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Next emoji update should go a long way toward gender inclusion

Why it matters to you

Those who don't strictly identify as male or female will have some representation in the next emoji release.

There are 1,851 emojis in the latest Unicode release, according to Emojipedia. Many of them depict men and women, while some have remained genderless yellow smilies. For a long time, male and female emojis were restricted to specific professions or activities. For example, with the release of the first iPhone, Apple used a woman for the haircut emoji and a man for the construction worker.

Emojis are more inclusive today than ever before, now presenting men and women in all occupations, but there is still work to be done. Of those nearly 2,000 emojis, not one displays a human character that doesn’t ascribe to the binary. With the release of Emoji 5.0 planned for later in 2017, the Unicode Consortium Emoji Subcommittee is hoping to change that.

Emojipedia

Paul Hunt, a typeface designer at Adobe and a member of the subcommittee, took to the Emojipedia blog on Monday to lay out a possible solution. The subcommittee is planning the addition of three gender-inclusive emojis — a child, an adult, and an older person — to fill the gap, at least partially. Hunt says the three emojis are only the first step and the goal is to expand representation to every man/woman pair.

“My wish is that adding more gender options in emoji will help us all to celebrate our unity and our diversity,” Hunt said. “I advocate for everyone to feel comfortable using emoji men when we feel masculine, emoji women to express our feminine aspects, and gender inclusive emoji whenever we feel like celebrating our humanity regardless of gender.”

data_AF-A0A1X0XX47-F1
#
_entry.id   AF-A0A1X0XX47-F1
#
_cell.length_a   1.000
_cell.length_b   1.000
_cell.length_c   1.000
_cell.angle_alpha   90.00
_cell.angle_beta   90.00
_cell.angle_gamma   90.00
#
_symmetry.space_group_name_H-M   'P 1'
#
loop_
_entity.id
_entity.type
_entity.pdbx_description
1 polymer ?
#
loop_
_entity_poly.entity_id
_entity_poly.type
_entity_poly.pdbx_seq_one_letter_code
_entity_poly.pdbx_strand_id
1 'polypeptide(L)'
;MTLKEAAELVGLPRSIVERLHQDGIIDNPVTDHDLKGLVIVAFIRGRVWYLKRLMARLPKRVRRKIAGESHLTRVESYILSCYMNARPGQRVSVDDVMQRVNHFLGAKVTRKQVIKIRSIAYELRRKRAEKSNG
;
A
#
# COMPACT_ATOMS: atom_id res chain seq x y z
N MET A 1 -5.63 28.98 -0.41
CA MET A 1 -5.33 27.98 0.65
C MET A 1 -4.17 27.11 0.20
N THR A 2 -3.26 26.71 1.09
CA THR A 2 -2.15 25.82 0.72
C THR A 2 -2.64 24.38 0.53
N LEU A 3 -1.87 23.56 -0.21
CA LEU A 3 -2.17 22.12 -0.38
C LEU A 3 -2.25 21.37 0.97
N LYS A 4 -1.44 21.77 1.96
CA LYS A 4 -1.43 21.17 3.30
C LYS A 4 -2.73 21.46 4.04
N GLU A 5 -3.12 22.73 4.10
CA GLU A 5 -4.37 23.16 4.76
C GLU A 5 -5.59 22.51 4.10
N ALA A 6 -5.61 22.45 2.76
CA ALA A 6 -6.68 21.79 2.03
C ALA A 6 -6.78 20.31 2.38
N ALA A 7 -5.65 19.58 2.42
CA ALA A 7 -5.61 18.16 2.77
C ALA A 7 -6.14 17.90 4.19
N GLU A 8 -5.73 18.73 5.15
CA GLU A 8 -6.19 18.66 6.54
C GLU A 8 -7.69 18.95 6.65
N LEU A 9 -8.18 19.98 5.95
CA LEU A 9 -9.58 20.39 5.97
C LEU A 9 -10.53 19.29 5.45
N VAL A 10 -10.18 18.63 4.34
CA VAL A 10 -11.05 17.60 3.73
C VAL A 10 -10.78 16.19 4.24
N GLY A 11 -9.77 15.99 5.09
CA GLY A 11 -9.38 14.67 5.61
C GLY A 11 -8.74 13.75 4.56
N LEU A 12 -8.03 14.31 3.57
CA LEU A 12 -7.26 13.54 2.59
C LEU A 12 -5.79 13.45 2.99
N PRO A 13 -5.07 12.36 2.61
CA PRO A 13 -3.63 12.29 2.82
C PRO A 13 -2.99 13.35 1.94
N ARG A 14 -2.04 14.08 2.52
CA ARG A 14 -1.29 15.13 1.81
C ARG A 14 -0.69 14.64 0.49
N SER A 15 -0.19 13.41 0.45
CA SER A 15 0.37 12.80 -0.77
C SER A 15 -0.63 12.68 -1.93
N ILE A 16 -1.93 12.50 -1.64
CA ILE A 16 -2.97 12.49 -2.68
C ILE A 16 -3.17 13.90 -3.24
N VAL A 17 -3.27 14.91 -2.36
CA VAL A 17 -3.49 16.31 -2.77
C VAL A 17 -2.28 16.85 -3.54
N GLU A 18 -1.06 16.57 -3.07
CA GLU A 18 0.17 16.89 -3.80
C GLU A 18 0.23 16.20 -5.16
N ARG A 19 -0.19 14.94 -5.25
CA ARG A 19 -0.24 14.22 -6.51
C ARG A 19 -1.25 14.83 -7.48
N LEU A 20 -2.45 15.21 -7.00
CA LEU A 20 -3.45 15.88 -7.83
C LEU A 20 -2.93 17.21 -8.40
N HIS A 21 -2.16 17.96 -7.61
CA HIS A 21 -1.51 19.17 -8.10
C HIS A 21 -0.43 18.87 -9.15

Hunt notes that the gendering of emojis began in earnest with the advent of smartphones. The original set didn’t display fine detail, like masculine and feminine characteristics, because displays on mobile phones were too low-resolution at the time. Once that changed, developers seized the opportunity to flesh out what used to be pixelated, rudimentary symbols. The result was a much more specific and visually interesting set of emoji that came at the cost of inclusiveness.

The original set of emoji designed by NTT Docomo’s Shigetaka Kurita in 1999.

“Whether it was intentional or not, users saw an all-too-familiar pattern: emoji persons in active or working roles were depicted as men, and those in passive or frivolous roles were depicted as women,” Hunt said.

Since then, Unicode and the Emoji Subcommittee have been trying to catch up, responding to users’ requests for more representation, while also trying to release updates in a timely, steady manner. While it’s impossible to design an emoji for every possible appearance, the group’s commitment to inclusion continues to make emoji a better universal language for all people, regardless of race or gender identity.